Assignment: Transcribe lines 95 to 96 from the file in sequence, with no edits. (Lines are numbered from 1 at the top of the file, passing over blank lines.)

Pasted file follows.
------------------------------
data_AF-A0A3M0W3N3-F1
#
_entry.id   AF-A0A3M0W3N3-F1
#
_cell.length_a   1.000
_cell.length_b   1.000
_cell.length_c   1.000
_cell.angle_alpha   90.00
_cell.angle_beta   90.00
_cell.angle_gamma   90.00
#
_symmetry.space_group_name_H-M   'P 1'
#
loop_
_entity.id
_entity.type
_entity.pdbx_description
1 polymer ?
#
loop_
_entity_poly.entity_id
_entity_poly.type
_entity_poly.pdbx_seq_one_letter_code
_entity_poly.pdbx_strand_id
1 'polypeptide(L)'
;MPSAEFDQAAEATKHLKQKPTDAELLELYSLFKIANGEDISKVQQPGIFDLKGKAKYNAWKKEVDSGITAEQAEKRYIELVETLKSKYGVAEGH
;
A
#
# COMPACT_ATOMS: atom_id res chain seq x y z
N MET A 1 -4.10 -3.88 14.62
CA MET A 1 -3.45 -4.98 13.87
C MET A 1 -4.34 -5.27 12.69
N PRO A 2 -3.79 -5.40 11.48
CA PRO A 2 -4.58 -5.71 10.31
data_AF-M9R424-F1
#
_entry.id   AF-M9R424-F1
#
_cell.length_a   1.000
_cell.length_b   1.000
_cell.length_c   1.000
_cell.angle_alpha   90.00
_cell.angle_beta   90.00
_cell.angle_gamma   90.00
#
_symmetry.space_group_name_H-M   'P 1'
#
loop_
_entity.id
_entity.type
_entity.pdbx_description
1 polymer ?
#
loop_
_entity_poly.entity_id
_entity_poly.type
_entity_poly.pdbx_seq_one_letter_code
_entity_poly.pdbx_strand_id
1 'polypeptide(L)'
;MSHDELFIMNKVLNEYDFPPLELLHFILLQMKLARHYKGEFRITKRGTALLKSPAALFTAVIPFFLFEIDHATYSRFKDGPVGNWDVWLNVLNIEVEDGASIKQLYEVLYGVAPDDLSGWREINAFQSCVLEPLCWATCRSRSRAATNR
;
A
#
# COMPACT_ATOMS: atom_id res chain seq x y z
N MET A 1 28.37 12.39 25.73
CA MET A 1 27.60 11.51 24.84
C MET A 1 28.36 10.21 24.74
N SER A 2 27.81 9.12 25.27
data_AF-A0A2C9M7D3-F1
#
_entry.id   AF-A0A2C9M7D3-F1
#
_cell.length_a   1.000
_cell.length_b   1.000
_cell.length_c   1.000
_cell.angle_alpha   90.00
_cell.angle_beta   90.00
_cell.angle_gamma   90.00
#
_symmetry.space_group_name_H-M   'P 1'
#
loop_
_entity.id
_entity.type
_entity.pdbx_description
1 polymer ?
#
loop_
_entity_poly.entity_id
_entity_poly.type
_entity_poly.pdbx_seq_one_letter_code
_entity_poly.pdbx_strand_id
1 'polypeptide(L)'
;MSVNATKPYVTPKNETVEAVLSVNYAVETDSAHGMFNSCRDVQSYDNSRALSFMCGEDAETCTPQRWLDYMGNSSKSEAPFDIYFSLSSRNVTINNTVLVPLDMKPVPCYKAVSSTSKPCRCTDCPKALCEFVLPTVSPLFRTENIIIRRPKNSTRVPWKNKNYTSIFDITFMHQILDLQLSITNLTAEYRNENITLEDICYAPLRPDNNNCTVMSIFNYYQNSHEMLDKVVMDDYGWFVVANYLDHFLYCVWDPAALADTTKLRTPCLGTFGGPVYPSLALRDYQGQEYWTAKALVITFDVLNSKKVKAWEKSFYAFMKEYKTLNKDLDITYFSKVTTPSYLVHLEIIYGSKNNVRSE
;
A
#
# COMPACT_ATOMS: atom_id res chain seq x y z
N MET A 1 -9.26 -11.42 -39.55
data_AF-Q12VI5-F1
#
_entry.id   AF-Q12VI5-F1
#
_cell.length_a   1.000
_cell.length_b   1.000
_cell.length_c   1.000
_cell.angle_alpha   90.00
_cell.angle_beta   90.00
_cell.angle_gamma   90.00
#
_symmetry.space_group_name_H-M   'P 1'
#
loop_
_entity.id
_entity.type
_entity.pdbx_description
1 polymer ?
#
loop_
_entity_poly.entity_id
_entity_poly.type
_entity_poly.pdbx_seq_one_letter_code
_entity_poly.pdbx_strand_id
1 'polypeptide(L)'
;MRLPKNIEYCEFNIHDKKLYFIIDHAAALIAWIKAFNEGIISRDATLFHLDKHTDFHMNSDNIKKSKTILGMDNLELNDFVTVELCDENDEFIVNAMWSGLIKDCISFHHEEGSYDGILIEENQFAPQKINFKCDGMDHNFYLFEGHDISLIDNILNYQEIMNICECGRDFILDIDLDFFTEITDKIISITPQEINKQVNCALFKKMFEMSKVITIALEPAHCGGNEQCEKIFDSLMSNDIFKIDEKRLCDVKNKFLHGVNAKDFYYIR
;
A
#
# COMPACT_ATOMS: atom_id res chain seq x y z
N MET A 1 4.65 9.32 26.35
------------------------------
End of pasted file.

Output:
;MSVNATKPYVTPKNETVEAVLSVNYAVETDSAHGMFNSCRDVQSYDNSRALSFMCGEDAETCTPQRWLDYMGNSSKSEAPFDIYFSLSSRNVTINNTVLVPLDMKPVPCYKAVSSTSKPCRCTDCPKALCEFVLPTVSPLFRTENIIIRRPKNSTRVPWKNKNYTSIFDITFMHQILDLQLSITNLTAEYRNENITLEDICYAPLRPDNNNCTVMSIFNYYQNSHEMLDKVVMDDYGWFVVANYLDHFLYCVWDPAALADTTKLRTPCLGTFGGPVYPSLALRDYQGQEYWTAKALVITFDVLNSKKVKAWEKSFYAFMKEYKTLNKDLDITYFSKVTTPSYLVHLEIIYGSKNNVRSE
;